Federal Information Technology Modernization: Assessing Compliance with the Government Paperwork Elimination Act
Chairman Burton, Mr. Waxman, members of the Committee, thank you for inviting me here today to discuss the incredible technological advancements the United States Mint has made over the past few years.
The keys to our success over the past few years have been a commitment to excellence and customer service; committed and aggressive leadership; implementation of innovative ideas and risk-taking; and the ability to set “stretch” goals — objectives that may not be easy to reach, but can move the organization forward and motivate employees to embrace change. The U.S. Mint has proven that the federal government can employ these values to become the best in business by using information technology.
Our employment of information technology not only enables us to achieve our strategic vision and goals, it drives cultural change . . . allows us to work across organizational lines . . . unites and integrates functions . . . increases employees’ accessibility to quality, real-time data on-line thereby eliminating paper, and most importantly, enables employees to use this state-of-the art technology to provide world-class service to our customers: the American people. This is the goal throughout the Treasury Department.
In the early 1990s, the U.S. Mint was still reconciling its books using pencil and paper. Our few computer systems at our facilities across the country could not “talk” to one another. As a result, it would take eight months to close out the year-end books; it took untold hours to determine an accurate account of the coins in our inventory; only two employees had access to the little automated data we did have; and we couldn’t tell our customers when their orders would be delivered. Until 1998, the Mint had never implemented an integrated system of any kind. Based on what leading public and private sector businesses were doing, the Mint was far behind the times.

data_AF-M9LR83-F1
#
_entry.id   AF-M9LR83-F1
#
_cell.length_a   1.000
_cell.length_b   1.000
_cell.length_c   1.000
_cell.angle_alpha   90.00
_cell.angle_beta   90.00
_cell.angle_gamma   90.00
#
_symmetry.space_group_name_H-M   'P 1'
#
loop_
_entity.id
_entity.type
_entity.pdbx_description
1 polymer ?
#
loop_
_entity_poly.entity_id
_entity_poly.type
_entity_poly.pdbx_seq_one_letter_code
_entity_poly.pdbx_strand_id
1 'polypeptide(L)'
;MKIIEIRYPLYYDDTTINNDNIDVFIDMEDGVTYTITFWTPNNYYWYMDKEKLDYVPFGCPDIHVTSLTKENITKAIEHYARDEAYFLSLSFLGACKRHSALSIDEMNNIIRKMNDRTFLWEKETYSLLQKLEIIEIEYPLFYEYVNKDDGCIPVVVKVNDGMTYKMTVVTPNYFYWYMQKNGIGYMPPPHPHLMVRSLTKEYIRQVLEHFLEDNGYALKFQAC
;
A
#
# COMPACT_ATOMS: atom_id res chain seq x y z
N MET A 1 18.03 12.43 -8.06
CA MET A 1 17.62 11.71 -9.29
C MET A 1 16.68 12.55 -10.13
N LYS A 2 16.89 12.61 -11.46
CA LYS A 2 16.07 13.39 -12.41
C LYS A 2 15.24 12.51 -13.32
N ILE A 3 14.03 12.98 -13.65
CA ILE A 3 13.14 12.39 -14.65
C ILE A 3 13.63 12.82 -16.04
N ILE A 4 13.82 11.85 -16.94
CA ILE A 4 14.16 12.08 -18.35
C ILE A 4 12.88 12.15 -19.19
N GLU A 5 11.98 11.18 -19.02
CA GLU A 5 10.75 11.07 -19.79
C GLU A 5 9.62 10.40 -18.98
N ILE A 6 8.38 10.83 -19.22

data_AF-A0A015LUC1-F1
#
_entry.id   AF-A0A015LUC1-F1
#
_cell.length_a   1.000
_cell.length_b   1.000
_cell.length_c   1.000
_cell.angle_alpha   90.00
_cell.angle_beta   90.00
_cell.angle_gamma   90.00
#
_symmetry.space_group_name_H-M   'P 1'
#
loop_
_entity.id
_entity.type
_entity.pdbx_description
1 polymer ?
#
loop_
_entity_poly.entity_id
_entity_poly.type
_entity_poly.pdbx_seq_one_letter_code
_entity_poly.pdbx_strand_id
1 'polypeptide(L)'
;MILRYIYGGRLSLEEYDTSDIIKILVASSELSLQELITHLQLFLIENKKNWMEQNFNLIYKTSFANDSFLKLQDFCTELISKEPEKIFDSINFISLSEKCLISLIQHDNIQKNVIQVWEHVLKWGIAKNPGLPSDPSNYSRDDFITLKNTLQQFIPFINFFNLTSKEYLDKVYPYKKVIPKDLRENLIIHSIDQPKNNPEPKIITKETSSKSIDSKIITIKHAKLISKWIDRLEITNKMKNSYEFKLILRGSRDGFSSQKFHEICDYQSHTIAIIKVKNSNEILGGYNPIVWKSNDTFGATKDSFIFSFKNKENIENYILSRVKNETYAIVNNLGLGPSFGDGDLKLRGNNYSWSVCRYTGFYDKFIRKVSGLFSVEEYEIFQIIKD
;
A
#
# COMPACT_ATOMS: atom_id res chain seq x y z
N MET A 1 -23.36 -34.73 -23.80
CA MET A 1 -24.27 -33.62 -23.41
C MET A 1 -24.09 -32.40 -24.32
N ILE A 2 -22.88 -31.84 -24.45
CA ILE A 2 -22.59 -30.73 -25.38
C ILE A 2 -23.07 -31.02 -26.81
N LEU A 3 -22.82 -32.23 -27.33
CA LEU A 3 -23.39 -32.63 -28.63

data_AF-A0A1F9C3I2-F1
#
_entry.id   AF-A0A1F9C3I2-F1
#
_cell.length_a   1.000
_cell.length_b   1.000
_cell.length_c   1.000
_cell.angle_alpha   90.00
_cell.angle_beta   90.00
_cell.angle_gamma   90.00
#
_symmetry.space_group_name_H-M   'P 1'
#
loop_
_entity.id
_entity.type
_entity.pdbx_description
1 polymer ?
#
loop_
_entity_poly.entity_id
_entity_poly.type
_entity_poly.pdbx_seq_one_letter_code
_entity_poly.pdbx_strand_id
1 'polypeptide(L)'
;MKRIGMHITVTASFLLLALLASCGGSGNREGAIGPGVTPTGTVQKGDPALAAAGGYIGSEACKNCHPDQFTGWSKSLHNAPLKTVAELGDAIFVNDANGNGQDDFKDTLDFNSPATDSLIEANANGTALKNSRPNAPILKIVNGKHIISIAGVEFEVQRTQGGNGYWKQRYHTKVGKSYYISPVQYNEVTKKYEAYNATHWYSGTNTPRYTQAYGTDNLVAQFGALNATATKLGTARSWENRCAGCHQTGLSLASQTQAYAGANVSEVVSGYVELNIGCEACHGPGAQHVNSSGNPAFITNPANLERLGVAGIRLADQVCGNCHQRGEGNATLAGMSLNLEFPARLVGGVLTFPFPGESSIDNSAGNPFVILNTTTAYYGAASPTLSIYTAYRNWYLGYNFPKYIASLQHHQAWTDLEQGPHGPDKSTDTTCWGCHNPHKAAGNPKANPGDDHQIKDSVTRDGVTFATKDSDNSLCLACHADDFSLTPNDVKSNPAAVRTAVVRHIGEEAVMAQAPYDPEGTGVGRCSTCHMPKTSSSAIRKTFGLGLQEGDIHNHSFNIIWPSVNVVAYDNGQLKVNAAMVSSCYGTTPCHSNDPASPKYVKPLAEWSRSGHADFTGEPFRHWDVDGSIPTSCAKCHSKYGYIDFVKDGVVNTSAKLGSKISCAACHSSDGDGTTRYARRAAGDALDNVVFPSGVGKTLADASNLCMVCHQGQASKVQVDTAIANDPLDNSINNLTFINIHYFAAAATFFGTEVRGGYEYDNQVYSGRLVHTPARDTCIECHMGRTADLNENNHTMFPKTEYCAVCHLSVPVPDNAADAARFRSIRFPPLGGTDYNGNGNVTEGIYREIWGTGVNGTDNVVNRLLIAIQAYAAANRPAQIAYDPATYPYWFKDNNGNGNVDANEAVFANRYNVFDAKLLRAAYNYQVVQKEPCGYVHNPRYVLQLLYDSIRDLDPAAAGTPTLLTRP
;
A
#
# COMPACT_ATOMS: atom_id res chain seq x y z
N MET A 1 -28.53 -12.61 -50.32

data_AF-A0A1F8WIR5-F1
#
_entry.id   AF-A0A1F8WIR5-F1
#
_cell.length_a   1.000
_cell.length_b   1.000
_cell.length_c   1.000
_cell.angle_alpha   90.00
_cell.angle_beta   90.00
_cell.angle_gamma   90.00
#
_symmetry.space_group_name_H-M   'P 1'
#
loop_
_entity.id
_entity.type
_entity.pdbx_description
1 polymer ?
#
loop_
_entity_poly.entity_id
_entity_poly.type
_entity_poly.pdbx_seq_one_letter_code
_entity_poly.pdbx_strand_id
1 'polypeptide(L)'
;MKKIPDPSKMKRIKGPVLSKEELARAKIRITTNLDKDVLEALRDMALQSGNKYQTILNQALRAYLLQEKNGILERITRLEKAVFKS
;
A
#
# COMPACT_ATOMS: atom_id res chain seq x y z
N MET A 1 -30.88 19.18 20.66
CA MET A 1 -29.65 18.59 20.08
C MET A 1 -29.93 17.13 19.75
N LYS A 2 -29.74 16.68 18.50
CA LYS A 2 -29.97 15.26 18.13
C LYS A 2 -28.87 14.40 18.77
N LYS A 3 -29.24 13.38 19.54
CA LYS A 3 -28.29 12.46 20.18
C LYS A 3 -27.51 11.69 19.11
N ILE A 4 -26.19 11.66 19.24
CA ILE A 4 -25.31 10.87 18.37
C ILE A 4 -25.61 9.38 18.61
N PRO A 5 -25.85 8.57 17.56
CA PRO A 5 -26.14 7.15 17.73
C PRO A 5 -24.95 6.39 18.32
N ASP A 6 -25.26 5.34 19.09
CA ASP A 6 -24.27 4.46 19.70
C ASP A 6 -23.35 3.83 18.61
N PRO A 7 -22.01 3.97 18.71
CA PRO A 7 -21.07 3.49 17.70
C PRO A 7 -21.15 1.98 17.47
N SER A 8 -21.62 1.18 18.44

By the mid-1990s, the leadership of the U.S. Mint made a commitment to make the agency the best in business across the board. We also embraced the objectives of the Government Performance Results Act (GPRA) and the Government Paperwork Elimination Act (GPEA). To achieve that goal the agency invested $40 million in new technologies, with projected savings of $80 million. In October 1998, the Mint-wide Consolidated Information System (COINS 1.0) went on-line. The first Enterprise Resource Planning system (ERP) in the federal sector, COINS integrated 15 PeopleSoft modules plus the software from three different vendors in manufacturing, finance, marketing, and customer service data to ensure accurate, timely information for strategic and operational decisions. Our rapid implementation of the entire system took only 12 months. A mail order and cataloging module tied sales to inventory and shipping. Maintenance is monitored at each plant via our Computerized Maintenance Management System (Maximo). Modules in finance and budgeting expanded our analytical abilities and assured Y2K compliance. For the first time, employees and managers across the Mint had direct access online to accurate data about customers, costs, production, promotions, inventory, sales, and profits. All of the information is available electronically on a secured network; thereby reducing the amount of paper generated Mint-wide. Service representatives now could tell customers the status of orders. Just as important, in FY 1999, the Mint’s accountants were closing the books within 10 business days of months’ end with accurate information, a very real improvement from closing the books in up to 90 days quarterly as was the case prior to COINS. Furthermore under COINS, for the first time, the yearly inventory records were turned over to auditors by noon on the first day of the new fiscal year (October 1, 1999). In addition, all of the Federal Managers Financial Integrity Act (FMFIA) and Federal Financial Management Improvement Act (FFMIA) material weaknesses that the Mint had encountered prior to COINS were eliminated. We continue to have no material weaknesses. This year, we are celebrating our seventh consecutive clean audit opinion. None of this would have been possible without utilizing information technology to achieve our strategic goals.